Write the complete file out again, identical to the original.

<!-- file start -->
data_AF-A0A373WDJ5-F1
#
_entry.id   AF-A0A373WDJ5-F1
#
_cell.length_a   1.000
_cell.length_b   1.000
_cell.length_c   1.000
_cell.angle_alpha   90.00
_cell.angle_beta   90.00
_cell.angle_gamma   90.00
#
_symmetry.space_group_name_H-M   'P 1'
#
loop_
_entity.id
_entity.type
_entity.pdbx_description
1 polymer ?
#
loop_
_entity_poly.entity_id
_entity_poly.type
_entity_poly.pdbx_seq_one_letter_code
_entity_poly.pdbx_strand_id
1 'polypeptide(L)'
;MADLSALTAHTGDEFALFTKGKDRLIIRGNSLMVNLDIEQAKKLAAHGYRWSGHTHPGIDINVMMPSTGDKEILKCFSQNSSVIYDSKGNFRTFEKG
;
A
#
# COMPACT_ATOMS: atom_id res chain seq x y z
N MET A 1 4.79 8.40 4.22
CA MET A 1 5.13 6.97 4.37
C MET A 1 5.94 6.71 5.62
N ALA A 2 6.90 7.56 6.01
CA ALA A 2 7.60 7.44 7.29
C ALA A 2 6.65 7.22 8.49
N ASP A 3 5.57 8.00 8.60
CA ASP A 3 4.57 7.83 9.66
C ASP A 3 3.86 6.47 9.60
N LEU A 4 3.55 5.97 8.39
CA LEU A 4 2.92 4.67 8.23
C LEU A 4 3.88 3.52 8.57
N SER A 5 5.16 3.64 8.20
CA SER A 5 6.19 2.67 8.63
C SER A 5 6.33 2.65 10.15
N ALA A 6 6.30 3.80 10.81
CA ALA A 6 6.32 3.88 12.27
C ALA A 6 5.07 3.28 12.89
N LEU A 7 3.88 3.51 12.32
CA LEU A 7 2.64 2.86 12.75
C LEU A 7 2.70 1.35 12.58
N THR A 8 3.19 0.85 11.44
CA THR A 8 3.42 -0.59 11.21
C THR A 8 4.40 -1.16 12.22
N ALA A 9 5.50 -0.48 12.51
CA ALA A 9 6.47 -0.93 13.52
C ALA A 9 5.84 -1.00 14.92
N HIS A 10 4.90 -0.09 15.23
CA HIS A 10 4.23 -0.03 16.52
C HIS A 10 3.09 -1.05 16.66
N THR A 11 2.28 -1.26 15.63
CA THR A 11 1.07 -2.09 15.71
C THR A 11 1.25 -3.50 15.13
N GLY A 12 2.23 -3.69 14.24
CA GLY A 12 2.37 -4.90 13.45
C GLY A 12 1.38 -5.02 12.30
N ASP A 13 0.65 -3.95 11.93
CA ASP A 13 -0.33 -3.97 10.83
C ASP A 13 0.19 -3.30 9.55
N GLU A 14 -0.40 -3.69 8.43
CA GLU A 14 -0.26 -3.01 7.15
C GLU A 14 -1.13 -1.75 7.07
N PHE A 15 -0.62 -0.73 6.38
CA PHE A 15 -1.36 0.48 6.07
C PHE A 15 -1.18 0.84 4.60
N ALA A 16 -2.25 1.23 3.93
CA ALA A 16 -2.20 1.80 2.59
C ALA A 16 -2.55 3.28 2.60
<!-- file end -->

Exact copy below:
data_AF-A0A373WDJ5-F1
#
_entry.id   AF-A0A373WDJ5-F1
#
_cell.length_a   1.000
_cell.length_b   1.000
_cell.length_c   1.000
_cell.angle_alpha   90.00
_cell.angle_beta   90.00
_cell.angle_gamma   90.00
#
_symmetry.space_group_name_H-M   'P 1'
#
loop_
_entity.id
_entity.type
_entity.pdbx_description
1 polymer ?
#
loop_
_entity_poly.entity_id
_entity_poly.type
_entity_poly.pdbx_seq_one_letter_code
_entity_poly.pdbx_strand_id
1 'polypeptide(L)'
;MADLSALTAHTGDEFALFTKGKDRLIIRGNSLMVNLDIEQAKKLAAHGYRWSGHTHPGIDINVMMPSTGDKEILKCFSQNSSVIYDSKGNFRTFEKG
;
A
#
# COMPACT_ATOMS: atom_id res chain seq x y z
N MET A 1 4.79 8.40 4.22
CA MET A 1 5.13 6.97 4.37
C MET A 1 5.94 6.71 5.62
N ALA A 2 6.90 7.56 6.01
CA ALA A 2 7.60 7.44 7.29
C ALA A 2 6.65 7.22 8.49
N ASP A 3 5.57 8.00 8.60
CA ASP A 3 4.57 7.83 9.66
C ASP A 3 3.86 6.47 9.60
N LEU A 4 3.55 5.97 8.39
CA LEU A 4 2.92 4.67 8.23
C LEU A 4 3.88 3.52 8.57
N SER A 5 5.16 3.64 8.20
CA SER A 5 6.19 2.67 8.63
C SER A 5 6.33 2.65 10.15
N ALA A 6 6.30 3.80 10.81
CA ALA A 6 6.32 3.88 12.27
C ALA A 6 5.07 3.28 12.89
N LEU A 7 3.88 3.51 12.32
CA LEU A 7 2.64 2.86 12.75
C LEU A 7 2.70 1.35 12.58
N THR A 8 3.19 0.85 11.44
CA THR A 8 3.42 -0.59 11.21
C THR A 8 4.40 -1.16 12.22
N ALA A 9 5.50 -0.48 12.51
CA ALA A 9 6.47 -0.93 13.52
C ALA A 9 5.84 -1.00 14.92
N HIS A 10 4.90 -0.09 15.23
CA HIS A 10 4.23 -0.03 16.52
C HIS A 10 3.09 -1.05 16.66
N THR A 11 2.28 -1.26 15.63
CA THR A 11 1.07 -2.09 15.71
C THR A 11 1.25 -3.50 15.13
N GLY A 12 2.23 -3.69 14.24
CA GLY A 12 2.37 -4.90 13.45
C GLY A 12 1.38 -5.02 12.30
N ASP A 13 0.65 -3.95 11.93
CA ASP A 13 -0.33 -3.97 10.83
C ASP A 13 0.19 -3.30 9.55
N GLU A 14 -0.40 -3.69 8.43
CA GLU A 14 -0.26 -3.01 7.15
C GLU A 14 -1.13 -1.75 7.07
N PHE A 15 -0.62 -0.73 6.38
CA PHE A 15 -1.36 0.48 6.07
C PHE A 15 -1.18 0.84 4.60
N ALA A 16 -2.25 1.23 3.93
CA ALA A 16 -2.20 1.80 2.59
C ALA A 16 -2.55 3.28 2.60